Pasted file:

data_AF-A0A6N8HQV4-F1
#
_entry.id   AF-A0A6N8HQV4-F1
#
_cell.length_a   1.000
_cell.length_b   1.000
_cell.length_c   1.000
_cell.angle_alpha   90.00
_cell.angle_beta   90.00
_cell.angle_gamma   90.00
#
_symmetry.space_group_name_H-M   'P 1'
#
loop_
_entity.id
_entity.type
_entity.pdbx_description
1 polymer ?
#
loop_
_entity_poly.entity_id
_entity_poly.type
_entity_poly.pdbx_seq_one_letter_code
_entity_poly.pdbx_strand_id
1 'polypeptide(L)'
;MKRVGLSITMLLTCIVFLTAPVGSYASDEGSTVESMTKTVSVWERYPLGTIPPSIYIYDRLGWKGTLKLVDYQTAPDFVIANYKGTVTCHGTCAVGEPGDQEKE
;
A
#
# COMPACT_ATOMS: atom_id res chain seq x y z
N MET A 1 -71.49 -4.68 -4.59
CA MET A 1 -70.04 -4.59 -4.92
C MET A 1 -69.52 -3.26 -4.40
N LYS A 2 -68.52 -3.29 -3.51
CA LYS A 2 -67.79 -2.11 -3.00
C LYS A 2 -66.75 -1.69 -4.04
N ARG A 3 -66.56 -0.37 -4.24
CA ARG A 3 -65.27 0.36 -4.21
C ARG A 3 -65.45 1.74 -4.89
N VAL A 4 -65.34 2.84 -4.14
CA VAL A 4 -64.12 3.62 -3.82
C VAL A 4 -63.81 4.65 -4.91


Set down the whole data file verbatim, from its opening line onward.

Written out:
data_AF-A0A6N8HQV4-F1
#
_entry.id   AF-A0A6N8HQV4-F1
#
_cell.length_a   1.000
_cell.length_b   1.000
_cell.length_c   1.000
_cell.angle_alpha   90.00
_cell.angle_beta   90.00
_cell.angle_gamma   90.00
#
_symmetry.space_group_name_H-M   'P 1'
#
loop_
_entity.id
_entity.type
_entity.pdbx_description
1 polymer ?
#
loop_
_entity_poly.entity_id
_entity_poly.type
_entity_poly.pdbx_seq_one_letter_code
_entity_poly.pdbx_strand_id
1 'polypeptide(L)'
;MKRVGLSITMLLTCIVFLTAPVGSYASDEGSTVESMTKTVSVWERYPLGTIPPSIYIYDRLGWKGTLKLVDYQTAPDFVIANYKGTVTCHGTCAVGEPGDQEKE
;
A
#
# COMPACT_ATOMS: atom_id res chain seq x y z
N MET A 1 -71.49 -4.68 -4.59
CA MET A 1 -70.04 -4.59 -4.92
C MET A 1 -69.52 -3.26 -4.40
N LYS A 2 -68.52 -3.29 -3.51
CA LYS A 2 -67.79 -2.11 -3.00
C LYS A 2 -66.75 -1.69 -4.04
N ARG A 3 -66.56 -0.37 -4.24
CA ARG A 3 -65.27 0.36 -4.21
C ARG A 3 -65.45 1.74 -4.89
N VAL A 4 -65.34 2.84 -4.14
CA VAL A 4 -64.12 3.62 -3.82
C VAL A 4 -63.81 4.65 -4.91